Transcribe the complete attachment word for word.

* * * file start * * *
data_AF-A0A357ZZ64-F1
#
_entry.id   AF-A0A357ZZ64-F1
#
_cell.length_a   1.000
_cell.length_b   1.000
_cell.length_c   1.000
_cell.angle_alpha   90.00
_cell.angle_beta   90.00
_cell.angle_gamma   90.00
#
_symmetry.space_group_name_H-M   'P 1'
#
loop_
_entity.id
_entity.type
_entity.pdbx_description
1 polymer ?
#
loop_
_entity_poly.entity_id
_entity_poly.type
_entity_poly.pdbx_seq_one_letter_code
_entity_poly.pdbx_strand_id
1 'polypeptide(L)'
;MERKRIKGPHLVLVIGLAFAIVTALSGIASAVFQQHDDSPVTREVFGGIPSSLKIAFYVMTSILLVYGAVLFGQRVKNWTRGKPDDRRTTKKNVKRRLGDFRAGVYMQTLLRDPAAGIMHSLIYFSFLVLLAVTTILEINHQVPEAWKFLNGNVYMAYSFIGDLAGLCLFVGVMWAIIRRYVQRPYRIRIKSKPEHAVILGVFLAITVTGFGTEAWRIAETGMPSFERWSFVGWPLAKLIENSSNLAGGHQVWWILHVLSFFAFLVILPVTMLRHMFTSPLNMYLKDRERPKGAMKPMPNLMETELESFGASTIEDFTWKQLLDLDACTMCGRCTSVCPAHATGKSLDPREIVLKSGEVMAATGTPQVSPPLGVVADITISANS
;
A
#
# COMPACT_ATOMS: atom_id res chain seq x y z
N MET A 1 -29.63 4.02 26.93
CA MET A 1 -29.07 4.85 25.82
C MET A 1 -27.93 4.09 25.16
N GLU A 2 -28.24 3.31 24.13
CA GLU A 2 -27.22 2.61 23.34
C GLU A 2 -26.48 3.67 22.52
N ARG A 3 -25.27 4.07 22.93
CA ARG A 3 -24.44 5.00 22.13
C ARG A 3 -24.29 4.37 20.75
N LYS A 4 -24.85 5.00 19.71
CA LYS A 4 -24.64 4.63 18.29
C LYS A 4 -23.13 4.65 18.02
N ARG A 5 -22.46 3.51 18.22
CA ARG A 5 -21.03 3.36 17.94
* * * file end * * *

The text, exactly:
data_AF-A0A357ZZ64-F1
#
_entry.id   AF-A0A357ZZ64-F1
#
_cell.length_a   1.000
_cell.length_b   1.000
_cell.length_c   1.000
_cell.angle_alpha   90.00
_cell.angle_beta   90.00
_cell.angle_gamma   90.00
#
_symmetry.space_group_name_H-M   'P 1'
#
loop_
_entity.id
_entity.type
_entity.pdbx_description
1 polymer ?
#
loop_
_entity_poly.entity_id
_entity_poly.type
_entity_poly.pdbx_seq_one_letter_code
_entity_poly.pdbx_strand_id
1 'polypeptide(L)'
;MERKRIKGPHLVLVIGLAFAIVTALSGIASAVFQQHDDSPVTREVFGGIPSSLKIAFYVMTSILLVYGAVLFGQRVKNWTRGKPDDRRTTKKNVKRRLGDFRAGVYMQTLLRDPAAGIMHSLIYFSFLVLLAVTTILEINHQVPEAWKFLNGNVYMAYSFIGDLAGLCLFVGVMWAIIRRYVQRPYRIRIKSKPEHAVILGVFLAITVTGFGTEAWRIAETGMPSFERWSFVGWPLAKLIENSSNLAGGHQVWWILHVLSFFAFLVILPVTMLRHMFTSPLNMYLKDRERPKGAMKPMPNLMETELESFGASTIEDFTWKQLLDLDACTMCGRCTSVCPAHATGKSLDPREIVLKSGEVMAATGTPQVSPPLGVVADITISANS
;
A
#
# COMPACT_ATOMS: atom_id res chain seq x y z
N MET A 1 -29.63 4.02 26.93
CA MET A 1 -29.07 4.85 25.82
C MET A 1 -27.93 4.09 25.16
N GLU A 2 -28.24 3.31 24.13
CA GLU A 2 -27.22 2.61 23.34
C GLU A 2 -26.48 3.67 22.52
N ARG A 3 -25.27 4.07 22.93
CA ARG A 3 -24.44 5.00 22.13
C ARG A 3 -24.29 4.37 20.75
N LYS A 4 -24.85 5.00 19.71
CA LYS A 4 -24.64 4.63 18.29
C LYS A 4 -23.13 4.65 18.02
N ARG A 5 -22.46 3.51 18.22
CA ARG A 5 -21.03 3.36 17.94